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Trivia / Bugs Bunny

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  • Banned in China: "Bewitched Bunny" was banned by the National Film Board of Canada when it was released in 1954, for Bugs' line of "Ah sure, I know. But aren't they all witches inside?" when Hazel is turned into a female rabbit, but retains Hazel's laugh. The ban was rescinded three days later.
  • Black Sheep Hit: Knighty Knight Bugs, the only Bugs short to win an Oscar, is generally regarded as a solid Bugs entry but not really anything special.
  • Creator Backlash: Some directors such as Friz Freleng hated working on the Bugs vs Elmer series, claiming Elmer was so meek and minimal a threat it was difficult not to devolve Bugs' character more into that of an unheroic bully. Other more imposing antagonists such as Yosemite Sam and Marvin the Martian were created specifically to rectify this, though Sam would become just as ineffective as Elmer, if still more belligerent.
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    • Robert Mckimson complained this strategy itself started to backfire, with Jones and Freleng so insistent on making Bugs look heroic and affable he became a Flat Character by the end of the fifties. Freleng himself started to notice this as well, joking in an interview that they figured Bugs was "getting old" and no longer mischievous.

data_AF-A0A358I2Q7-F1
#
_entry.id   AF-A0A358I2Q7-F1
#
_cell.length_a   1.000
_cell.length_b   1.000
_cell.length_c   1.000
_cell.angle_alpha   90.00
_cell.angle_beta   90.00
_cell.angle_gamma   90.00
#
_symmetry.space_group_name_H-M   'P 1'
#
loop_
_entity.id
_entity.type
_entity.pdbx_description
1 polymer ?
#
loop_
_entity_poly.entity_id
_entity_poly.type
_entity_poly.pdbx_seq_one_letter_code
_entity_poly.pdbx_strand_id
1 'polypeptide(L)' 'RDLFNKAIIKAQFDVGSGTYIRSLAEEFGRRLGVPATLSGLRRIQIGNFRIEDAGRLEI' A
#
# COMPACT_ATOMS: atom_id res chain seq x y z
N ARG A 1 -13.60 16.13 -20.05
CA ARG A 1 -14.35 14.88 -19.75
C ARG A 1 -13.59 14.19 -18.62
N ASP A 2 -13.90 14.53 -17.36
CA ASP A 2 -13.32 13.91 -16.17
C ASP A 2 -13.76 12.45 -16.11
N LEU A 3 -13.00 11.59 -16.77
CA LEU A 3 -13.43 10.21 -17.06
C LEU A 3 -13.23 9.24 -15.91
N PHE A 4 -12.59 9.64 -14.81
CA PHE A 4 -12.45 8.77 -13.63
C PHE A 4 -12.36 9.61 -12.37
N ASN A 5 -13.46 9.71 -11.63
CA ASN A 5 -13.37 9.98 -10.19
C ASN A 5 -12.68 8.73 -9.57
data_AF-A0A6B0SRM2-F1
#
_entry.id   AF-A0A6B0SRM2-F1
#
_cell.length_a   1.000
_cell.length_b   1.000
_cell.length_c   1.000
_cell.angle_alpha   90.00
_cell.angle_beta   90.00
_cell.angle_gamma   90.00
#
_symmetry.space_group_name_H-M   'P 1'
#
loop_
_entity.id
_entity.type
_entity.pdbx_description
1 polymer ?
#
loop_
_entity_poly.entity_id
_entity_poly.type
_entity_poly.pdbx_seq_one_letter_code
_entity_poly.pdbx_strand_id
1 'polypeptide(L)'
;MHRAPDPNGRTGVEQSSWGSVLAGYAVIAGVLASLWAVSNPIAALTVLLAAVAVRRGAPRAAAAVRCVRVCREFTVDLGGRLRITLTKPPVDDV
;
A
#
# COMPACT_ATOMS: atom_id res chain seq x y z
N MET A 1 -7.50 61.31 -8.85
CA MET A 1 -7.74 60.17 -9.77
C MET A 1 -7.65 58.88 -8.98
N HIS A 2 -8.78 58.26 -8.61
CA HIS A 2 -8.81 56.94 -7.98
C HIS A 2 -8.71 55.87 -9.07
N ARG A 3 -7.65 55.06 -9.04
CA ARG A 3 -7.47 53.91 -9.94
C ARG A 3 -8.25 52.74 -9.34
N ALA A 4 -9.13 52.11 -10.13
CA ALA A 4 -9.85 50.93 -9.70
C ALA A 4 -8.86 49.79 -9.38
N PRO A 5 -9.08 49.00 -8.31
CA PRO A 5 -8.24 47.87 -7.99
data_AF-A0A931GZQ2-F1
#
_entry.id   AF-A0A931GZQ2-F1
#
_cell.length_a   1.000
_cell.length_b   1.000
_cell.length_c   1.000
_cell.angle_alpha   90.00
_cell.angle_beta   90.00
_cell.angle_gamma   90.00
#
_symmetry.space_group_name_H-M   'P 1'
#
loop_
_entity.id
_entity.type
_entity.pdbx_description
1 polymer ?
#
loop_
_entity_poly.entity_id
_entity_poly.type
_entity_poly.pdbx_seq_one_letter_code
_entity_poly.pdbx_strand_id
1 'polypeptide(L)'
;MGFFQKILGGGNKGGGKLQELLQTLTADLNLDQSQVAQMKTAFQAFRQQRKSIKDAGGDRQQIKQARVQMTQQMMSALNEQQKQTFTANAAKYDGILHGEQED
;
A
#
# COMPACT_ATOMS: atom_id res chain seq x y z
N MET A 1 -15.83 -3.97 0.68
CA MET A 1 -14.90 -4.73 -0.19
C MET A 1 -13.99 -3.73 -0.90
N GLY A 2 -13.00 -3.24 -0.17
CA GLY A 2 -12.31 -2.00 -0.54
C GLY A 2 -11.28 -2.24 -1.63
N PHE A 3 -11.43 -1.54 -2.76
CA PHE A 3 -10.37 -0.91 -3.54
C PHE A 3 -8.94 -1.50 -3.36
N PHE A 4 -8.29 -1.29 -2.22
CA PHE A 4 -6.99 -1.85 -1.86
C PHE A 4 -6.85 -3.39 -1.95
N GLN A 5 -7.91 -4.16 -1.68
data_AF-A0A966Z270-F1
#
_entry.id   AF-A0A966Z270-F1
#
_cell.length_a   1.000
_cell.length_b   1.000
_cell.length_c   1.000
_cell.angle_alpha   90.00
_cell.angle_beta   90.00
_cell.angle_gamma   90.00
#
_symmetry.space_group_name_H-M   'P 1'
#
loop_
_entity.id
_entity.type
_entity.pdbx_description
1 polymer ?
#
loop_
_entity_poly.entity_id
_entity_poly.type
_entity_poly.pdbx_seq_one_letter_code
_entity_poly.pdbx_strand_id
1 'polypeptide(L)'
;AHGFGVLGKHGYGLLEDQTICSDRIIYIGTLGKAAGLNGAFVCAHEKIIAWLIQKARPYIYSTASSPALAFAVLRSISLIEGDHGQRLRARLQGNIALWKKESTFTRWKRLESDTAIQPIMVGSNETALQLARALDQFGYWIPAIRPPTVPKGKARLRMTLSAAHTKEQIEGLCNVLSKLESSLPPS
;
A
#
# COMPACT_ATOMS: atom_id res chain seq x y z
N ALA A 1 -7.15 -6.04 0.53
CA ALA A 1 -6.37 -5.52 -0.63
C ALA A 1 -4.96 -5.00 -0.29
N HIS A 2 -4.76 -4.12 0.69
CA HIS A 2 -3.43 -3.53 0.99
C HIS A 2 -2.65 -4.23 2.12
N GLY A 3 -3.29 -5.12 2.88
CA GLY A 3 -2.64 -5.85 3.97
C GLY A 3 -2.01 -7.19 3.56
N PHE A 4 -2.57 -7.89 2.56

• Life Imitates Art: Sort of. After Bugs appeared as a U.S. Marine in "Super-Rabbit", the real Marines made him one. He was officially inducted into the force as a private, complete with dogtags. The character was regularly promoted until Bugs was officially "discharged" at the end of World War II as a Master Sergeant.
  • The Other Darrin: Since Mel Blanc's death in 1989, other actors have provided the voice for the iconic rabbit, including Joe Alaskey, Greg Burson, Billy West, Eric Bauza, and most notably, Jeff Bergman.
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  • The Red Stapler: Inverted. According to an article in The New Yorker, Bugs' popularity has resulted in a decline of rabbit meat as an American food staple.
  • What Could Have Been: Tex Avery originally wanted to call him Jack E. Rabbit.
  • Write What You Know: "What's Up, Doc?" was a very popular Texan colloquialism that Fred "Tex" Avery, nicknamed for the state in which he grew up, often heard when he was in college.

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